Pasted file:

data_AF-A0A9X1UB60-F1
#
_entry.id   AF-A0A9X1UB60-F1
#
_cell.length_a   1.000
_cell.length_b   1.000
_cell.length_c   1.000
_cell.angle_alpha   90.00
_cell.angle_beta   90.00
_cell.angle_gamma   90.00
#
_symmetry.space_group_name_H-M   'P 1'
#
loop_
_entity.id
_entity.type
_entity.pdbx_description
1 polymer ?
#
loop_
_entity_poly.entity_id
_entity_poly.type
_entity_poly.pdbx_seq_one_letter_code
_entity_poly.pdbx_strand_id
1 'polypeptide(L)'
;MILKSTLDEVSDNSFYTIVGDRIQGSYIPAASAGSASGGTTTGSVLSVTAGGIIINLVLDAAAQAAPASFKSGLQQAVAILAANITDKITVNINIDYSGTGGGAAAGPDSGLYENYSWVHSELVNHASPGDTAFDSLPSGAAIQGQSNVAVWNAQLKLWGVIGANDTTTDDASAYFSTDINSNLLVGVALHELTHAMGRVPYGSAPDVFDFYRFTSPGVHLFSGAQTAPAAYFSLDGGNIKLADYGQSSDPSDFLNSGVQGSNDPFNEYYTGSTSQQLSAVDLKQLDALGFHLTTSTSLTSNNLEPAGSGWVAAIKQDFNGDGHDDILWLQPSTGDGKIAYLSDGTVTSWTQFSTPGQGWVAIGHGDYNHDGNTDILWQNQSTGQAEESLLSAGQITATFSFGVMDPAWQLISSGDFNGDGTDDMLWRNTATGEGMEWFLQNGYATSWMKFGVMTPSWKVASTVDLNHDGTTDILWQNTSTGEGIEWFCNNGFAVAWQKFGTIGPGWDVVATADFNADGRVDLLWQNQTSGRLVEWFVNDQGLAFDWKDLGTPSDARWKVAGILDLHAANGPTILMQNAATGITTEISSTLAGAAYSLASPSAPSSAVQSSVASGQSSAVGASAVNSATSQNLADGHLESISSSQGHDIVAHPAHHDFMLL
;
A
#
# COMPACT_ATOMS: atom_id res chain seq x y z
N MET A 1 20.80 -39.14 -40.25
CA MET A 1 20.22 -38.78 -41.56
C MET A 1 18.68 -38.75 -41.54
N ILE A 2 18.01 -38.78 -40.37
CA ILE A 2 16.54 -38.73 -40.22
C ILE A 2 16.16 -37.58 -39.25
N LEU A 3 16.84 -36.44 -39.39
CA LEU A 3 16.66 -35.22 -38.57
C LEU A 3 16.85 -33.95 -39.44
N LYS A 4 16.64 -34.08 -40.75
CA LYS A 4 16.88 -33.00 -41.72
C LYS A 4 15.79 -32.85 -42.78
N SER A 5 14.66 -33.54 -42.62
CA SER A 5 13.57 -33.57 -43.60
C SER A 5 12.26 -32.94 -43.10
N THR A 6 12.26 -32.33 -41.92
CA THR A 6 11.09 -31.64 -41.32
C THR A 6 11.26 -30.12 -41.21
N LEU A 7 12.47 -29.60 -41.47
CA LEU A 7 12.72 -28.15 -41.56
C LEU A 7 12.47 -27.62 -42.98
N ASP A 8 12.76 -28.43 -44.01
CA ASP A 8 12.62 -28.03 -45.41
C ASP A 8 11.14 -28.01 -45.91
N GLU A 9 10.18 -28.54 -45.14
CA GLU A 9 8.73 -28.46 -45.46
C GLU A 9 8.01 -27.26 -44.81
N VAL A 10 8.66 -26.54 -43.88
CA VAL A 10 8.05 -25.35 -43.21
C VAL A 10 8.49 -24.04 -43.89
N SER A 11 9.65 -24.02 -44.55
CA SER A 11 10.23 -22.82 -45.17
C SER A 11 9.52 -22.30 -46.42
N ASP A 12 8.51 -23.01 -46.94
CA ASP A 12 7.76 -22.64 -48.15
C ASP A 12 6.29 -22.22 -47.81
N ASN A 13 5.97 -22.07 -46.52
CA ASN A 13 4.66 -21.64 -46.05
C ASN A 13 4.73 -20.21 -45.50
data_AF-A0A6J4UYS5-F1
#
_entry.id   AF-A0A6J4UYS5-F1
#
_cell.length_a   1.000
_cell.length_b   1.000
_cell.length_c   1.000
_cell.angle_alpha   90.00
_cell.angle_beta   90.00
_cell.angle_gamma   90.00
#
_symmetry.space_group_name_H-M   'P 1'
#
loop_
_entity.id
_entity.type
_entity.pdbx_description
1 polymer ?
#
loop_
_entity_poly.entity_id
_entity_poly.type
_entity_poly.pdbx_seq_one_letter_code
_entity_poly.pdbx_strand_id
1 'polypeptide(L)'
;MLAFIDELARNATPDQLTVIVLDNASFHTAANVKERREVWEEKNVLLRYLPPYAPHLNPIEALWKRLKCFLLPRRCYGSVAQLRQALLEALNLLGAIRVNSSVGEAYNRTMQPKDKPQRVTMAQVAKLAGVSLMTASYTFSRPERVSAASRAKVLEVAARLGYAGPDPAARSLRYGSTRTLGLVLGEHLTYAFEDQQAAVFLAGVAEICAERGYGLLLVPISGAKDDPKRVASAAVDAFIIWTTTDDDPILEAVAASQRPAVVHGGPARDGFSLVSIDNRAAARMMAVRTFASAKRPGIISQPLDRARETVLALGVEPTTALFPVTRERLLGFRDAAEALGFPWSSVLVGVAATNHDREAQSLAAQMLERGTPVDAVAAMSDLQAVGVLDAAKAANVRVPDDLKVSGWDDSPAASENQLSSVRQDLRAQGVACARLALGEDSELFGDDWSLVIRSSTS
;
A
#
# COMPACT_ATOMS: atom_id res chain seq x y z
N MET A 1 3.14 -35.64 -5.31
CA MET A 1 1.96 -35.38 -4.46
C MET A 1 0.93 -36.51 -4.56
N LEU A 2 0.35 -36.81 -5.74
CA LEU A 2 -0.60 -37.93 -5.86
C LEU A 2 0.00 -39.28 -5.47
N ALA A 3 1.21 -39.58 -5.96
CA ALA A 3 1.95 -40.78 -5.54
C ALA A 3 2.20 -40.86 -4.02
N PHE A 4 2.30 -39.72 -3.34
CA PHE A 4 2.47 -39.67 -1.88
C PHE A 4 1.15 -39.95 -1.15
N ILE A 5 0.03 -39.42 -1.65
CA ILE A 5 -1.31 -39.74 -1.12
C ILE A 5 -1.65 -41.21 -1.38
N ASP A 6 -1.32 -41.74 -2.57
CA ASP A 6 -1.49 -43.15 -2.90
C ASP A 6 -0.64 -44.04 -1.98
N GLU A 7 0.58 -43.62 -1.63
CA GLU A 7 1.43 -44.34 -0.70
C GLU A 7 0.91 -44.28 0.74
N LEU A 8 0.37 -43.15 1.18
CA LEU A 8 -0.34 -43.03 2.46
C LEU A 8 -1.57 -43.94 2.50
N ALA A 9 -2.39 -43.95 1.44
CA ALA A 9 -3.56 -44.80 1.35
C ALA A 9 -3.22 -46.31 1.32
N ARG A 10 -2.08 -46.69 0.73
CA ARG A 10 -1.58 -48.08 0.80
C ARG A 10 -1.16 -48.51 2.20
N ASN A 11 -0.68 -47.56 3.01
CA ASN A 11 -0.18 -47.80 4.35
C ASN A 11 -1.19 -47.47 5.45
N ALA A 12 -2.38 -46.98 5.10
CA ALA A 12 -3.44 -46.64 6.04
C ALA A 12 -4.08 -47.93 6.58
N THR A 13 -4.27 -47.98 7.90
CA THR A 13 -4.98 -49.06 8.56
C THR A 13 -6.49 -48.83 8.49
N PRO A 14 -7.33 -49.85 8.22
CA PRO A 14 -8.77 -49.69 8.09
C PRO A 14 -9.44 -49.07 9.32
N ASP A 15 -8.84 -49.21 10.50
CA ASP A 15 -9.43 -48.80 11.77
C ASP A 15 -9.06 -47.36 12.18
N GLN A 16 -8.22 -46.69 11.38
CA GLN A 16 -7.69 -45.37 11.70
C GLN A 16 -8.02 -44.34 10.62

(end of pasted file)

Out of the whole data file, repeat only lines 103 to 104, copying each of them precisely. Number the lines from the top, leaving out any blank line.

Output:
N LEU A 2 0.35 -36.81 -5.74
CA LEU A 2 -0.60 -37.93 -5.86